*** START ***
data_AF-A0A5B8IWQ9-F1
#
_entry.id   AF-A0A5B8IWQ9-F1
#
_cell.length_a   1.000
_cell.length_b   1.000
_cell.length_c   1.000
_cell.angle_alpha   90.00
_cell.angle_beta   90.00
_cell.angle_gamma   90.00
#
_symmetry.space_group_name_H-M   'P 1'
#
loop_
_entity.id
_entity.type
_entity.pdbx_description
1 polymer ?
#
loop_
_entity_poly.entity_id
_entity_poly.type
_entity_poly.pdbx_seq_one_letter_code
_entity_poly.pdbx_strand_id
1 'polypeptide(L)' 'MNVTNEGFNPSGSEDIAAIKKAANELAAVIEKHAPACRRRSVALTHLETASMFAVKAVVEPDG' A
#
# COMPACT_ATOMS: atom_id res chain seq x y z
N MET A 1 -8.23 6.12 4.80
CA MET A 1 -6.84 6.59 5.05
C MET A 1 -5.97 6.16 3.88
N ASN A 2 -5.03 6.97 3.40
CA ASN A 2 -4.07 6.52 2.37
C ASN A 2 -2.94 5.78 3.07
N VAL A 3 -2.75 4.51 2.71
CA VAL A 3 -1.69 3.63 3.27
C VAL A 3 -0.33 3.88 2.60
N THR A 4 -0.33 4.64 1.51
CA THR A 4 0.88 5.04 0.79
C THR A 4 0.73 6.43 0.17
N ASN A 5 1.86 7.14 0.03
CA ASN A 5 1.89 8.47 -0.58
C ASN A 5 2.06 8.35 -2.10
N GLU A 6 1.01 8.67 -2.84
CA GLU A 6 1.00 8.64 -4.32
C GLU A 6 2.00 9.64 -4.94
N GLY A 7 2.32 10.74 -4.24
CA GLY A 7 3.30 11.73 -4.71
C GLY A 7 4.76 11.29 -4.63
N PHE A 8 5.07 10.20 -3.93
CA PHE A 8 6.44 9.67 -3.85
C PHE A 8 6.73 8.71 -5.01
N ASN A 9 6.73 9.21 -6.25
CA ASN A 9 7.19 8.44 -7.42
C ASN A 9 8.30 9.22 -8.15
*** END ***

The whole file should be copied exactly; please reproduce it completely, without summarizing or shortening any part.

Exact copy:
data_AF-A0A5B8IWQ9-F1
#
_entry.id   AF-A0A5B8IWQ9-F1
#
_cell.length_a   1.000
_cell.length_b   1.000
_cell.length_c   1.000
_cell.angle_alpha   90.00
_cell.angle_beta   90.00
_cell.angle_gamma   90.00
#
_symmetry.space_group_name_H-M   'P 1'
#
loop_
_entity.id
_entity.type
_entity.pdbx_description
1 polymer ?
#
loop_
_entity_poly.entity_id
_entity_poly.type
_entity_poly.pdbx_seq_one_letter_code
_entity_poly.pdbx_strand_id
1 'polypeptide(L)' 'MNVTNEGFNPSGSEDIAAIKKAANELAAVIEKHAPACRRRSVALTHLETASMFAVKAVVEPDG' A
#
# COMPACT_ATOMS: atom_id res chain seq x y z
N MET A 1 -8.23 6.12 4.80
CA MET A 1 -6.84 6.59 5.05
C MET A 1 -5.97 6.16 3.88
N ASN A 2 -5.03 6.97 3.40
CA ASN A 2 -4.07 6.52 2.37
C ASN A 2 -2.94 5.78 3.07
N VAL A 3 -2.75 4.51 2.71
CA VAL A 3 -1.69 3.63 3.27
C VAL A 3 -0.33 3.88 2.60
N THR A 4 -0.33 4.64 1.51
CA THR A 4 0.88 5.04 0.79
C THR A 4 0.73 6.43 0.17
N ASN A 5 1.86 7.14 0.03
CA ASN A 5 1.89 8.47 -0.58
C ASN A 5 2.06 8.35 -2.10
N GLU A 6 1.01 8.67 -2.84
CA GLU A 6 1.00 8.64 -4.32
C GLU A 6 2.00 9.64 -4.94
N GLY A 7 2.32 10.74 -4.24
CA GLY A 7 3.30 11.73 -4.71
C GLY A 7 4.76 11.29 -4.63
N PHE A 8 5.07 10.20 -3.93
CA PHE A 8 6.44 9.67 -3.85
C PHE A 8 6.73 8.71 -5.01
N ASN A 9 6.73 9.21 -6.25
CA ASN A 9 7.19 8.44 -7.42
C ASN A 9 8.30 9.22 -8.15